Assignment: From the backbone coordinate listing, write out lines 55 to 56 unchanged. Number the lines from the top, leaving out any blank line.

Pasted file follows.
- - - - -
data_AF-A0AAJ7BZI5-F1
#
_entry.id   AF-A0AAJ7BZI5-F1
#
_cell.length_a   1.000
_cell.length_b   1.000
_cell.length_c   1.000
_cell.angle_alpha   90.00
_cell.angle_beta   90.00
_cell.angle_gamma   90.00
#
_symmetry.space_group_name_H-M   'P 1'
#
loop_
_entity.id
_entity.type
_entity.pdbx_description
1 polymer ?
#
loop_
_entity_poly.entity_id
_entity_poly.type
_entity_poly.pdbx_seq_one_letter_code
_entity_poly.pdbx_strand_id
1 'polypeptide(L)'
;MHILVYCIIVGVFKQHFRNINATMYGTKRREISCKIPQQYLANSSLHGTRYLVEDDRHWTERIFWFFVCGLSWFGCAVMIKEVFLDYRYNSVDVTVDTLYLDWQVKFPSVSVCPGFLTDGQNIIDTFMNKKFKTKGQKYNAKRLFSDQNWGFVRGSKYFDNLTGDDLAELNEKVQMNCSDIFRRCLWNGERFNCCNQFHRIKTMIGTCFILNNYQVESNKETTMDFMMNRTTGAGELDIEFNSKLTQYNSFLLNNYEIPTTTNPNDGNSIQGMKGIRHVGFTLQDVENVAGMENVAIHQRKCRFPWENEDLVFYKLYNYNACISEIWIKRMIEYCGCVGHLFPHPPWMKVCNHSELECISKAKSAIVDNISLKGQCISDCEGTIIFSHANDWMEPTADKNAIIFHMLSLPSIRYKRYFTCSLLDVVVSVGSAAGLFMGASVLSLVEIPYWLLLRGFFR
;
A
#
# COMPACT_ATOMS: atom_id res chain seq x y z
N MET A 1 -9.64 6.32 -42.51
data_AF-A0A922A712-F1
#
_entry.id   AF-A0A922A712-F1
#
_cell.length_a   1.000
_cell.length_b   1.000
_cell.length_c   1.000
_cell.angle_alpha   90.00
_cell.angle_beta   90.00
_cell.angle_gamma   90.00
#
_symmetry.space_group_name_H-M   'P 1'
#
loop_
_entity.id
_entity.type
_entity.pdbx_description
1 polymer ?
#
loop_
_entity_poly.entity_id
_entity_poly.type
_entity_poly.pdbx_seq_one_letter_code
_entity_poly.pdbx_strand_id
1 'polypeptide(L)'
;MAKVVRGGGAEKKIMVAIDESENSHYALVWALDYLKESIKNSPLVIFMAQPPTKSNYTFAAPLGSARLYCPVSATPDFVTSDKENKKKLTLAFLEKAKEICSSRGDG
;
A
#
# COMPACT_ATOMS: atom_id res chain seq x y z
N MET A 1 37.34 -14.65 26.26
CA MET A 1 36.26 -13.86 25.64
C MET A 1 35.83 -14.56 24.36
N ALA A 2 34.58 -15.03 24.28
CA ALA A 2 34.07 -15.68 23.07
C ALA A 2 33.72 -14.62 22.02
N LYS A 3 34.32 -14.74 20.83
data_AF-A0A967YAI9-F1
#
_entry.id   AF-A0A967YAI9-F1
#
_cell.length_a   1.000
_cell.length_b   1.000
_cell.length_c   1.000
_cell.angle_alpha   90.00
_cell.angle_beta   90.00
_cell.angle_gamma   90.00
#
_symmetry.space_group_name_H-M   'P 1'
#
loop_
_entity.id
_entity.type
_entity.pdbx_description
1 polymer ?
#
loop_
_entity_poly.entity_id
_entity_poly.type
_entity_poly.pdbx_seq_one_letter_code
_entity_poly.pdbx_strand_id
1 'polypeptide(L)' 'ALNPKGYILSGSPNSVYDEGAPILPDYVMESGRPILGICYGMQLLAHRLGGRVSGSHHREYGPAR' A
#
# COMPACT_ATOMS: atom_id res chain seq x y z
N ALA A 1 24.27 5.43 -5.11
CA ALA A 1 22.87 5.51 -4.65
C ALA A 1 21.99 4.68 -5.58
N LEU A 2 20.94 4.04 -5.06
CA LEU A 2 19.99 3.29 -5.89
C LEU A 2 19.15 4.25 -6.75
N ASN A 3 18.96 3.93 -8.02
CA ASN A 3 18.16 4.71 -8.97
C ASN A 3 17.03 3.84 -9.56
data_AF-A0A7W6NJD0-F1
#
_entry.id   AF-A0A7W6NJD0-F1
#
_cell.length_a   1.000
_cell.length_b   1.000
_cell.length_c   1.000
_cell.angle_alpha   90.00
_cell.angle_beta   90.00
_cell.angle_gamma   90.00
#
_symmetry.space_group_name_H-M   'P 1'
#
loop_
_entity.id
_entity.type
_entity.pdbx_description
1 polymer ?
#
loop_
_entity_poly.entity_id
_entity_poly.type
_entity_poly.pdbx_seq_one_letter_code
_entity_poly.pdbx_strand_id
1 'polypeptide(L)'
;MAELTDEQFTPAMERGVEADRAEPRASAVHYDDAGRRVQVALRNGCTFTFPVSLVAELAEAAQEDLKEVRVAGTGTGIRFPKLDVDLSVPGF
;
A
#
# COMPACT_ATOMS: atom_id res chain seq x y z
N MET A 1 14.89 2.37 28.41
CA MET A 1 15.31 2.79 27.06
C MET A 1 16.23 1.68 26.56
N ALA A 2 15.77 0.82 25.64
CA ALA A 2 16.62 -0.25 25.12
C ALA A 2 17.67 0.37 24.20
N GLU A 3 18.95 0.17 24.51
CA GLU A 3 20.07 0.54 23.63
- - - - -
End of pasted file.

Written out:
_entity_poly.pdbx_strand_id
1 'polypeptide(L)'